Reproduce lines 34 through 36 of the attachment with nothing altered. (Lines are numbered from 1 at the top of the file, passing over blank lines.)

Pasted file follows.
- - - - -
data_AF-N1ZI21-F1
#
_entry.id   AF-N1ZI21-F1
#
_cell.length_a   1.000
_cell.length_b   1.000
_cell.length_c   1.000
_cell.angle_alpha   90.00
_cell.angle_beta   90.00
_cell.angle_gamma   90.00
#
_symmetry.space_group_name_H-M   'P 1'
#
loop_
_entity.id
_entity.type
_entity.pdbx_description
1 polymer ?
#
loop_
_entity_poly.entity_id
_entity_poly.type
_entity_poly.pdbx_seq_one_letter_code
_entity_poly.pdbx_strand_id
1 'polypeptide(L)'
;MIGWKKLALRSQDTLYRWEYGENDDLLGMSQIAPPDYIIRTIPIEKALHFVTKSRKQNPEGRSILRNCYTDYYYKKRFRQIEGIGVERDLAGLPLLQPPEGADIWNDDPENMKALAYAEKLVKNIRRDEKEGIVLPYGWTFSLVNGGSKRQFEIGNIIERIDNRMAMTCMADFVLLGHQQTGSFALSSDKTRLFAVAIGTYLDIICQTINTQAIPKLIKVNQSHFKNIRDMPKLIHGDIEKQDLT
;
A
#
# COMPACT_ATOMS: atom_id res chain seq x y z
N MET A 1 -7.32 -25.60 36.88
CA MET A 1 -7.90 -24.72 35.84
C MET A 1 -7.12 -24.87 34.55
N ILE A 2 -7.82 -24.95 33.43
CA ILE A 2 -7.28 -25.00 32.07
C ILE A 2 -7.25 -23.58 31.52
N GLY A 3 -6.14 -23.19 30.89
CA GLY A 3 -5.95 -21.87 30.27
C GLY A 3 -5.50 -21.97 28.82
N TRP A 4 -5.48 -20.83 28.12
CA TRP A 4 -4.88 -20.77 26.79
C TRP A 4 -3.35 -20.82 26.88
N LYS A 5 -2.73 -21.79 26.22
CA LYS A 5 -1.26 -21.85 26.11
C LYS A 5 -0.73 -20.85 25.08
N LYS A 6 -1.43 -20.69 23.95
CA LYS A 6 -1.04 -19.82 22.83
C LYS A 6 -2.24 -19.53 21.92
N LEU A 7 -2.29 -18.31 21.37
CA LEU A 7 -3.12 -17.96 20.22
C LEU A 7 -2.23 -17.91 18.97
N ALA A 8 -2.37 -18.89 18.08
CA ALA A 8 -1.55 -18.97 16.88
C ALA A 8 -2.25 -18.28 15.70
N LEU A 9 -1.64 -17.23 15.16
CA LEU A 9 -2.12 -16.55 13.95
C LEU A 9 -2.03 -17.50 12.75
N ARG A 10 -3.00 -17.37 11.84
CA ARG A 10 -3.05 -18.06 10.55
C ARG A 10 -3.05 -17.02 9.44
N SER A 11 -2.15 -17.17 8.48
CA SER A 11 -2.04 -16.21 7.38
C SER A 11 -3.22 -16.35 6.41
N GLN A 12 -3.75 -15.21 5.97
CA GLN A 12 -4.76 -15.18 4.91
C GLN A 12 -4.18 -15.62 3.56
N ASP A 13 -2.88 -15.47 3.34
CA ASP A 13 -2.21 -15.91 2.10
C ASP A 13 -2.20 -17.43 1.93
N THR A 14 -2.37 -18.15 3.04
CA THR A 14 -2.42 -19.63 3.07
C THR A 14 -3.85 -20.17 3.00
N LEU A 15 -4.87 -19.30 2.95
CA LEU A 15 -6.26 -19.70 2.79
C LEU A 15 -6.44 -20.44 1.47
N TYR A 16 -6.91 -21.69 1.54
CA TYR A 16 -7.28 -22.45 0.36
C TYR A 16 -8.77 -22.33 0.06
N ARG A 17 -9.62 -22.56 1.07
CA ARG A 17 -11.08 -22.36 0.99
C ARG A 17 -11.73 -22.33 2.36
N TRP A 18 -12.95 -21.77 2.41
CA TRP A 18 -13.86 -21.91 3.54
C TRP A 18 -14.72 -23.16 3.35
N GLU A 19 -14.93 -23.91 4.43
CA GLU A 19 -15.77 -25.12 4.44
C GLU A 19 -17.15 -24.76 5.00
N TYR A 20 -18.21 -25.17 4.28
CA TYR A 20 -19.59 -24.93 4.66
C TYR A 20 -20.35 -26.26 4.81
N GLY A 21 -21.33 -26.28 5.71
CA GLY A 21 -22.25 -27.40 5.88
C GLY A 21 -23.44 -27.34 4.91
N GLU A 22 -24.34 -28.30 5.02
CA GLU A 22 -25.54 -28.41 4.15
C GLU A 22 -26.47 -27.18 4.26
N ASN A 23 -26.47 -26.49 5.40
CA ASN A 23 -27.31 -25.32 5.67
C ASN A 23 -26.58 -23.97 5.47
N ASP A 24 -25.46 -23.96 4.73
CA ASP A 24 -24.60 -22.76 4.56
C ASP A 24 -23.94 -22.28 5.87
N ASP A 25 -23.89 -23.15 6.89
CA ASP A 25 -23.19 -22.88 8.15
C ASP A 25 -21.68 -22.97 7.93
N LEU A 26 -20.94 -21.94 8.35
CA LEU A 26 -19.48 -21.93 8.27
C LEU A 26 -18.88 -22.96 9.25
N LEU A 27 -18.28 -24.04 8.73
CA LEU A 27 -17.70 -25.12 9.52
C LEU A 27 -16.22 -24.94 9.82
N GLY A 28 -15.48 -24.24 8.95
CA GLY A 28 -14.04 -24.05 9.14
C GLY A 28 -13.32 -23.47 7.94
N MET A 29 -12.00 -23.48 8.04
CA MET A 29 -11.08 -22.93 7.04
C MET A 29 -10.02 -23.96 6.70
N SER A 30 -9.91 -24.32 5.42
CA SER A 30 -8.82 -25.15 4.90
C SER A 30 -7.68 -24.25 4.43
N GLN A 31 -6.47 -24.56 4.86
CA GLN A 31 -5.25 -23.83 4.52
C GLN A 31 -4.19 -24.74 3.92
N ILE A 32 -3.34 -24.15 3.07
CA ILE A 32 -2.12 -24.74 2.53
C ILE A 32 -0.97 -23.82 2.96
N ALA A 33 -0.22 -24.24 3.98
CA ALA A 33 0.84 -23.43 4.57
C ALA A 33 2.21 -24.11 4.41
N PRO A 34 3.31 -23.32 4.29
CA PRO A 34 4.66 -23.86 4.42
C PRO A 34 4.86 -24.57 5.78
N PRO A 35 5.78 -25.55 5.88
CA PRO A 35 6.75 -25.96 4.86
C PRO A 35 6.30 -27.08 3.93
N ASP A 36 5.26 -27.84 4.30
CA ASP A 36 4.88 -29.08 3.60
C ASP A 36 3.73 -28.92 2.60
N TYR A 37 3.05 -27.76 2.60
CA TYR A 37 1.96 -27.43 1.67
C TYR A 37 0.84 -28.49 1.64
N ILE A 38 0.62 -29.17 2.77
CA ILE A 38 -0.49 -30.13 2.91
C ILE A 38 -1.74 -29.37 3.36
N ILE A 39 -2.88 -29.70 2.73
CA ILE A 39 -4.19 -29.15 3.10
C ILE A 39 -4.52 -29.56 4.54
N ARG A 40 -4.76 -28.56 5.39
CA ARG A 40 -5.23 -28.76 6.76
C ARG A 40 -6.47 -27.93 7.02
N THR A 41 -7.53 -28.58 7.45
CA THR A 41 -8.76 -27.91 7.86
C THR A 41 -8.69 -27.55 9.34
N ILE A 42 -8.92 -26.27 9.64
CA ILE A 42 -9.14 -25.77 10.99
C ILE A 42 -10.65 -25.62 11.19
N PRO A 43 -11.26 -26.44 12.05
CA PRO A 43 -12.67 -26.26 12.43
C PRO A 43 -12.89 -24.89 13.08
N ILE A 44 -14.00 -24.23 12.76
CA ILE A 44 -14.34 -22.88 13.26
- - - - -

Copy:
N ILE A 2 -7.82 -24.95 33.43
CA ILE A 2 -7.28 -25.00 32.07
C ILE A 2 -7.25 -23.58 31.52